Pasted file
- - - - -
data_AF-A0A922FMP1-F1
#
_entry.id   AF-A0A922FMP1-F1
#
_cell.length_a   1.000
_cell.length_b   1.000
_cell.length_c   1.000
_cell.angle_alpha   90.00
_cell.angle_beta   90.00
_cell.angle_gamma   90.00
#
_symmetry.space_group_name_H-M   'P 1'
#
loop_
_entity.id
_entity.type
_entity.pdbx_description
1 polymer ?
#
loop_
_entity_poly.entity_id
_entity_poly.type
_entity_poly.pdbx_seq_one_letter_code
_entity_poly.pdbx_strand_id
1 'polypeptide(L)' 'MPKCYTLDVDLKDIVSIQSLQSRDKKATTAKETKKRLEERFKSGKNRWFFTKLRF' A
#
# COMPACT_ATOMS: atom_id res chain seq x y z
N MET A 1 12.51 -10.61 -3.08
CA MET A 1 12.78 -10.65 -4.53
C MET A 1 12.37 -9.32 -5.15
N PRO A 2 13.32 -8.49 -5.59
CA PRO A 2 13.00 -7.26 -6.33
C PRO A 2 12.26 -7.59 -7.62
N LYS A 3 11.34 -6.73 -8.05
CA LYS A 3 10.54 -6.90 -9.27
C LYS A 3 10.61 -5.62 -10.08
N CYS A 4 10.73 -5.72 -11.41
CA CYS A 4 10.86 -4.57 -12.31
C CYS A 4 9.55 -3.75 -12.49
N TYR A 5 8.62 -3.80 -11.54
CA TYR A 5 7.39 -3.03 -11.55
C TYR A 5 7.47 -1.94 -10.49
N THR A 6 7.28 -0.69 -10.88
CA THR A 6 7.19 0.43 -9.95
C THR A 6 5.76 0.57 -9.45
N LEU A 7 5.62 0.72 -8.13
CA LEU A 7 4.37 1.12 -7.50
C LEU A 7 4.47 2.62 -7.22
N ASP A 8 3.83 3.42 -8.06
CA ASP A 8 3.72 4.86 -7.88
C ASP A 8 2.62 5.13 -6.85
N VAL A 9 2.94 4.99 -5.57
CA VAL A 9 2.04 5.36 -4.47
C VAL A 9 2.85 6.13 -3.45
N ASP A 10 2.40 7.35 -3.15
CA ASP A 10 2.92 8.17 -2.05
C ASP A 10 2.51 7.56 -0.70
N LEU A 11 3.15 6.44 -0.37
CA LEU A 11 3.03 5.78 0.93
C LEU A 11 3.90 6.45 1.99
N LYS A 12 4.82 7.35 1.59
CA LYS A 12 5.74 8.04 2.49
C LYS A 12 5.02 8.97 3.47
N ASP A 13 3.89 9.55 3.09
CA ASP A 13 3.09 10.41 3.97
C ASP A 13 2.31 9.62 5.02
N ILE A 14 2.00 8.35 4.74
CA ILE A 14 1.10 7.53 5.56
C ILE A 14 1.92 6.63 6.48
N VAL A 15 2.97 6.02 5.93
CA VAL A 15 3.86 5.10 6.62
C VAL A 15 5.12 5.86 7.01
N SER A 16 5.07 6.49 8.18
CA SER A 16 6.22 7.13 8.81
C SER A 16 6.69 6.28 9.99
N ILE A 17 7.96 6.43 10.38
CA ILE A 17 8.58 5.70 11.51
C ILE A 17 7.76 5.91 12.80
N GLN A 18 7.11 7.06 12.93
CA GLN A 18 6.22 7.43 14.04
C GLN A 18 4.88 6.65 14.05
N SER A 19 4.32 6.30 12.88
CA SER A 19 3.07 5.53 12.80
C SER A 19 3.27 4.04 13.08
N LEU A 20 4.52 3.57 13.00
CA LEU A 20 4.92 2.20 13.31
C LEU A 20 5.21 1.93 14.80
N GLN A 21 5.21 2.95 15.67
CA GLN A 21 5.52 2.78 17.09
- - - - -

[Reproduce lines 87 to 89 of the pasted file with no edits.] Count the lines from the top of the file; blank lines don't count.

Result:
C LEU A 20 5.21 1.93 14.80
N GLN A 21 5.21 2.95 15.67
CA GLN A 21 5.52 2.78 17.09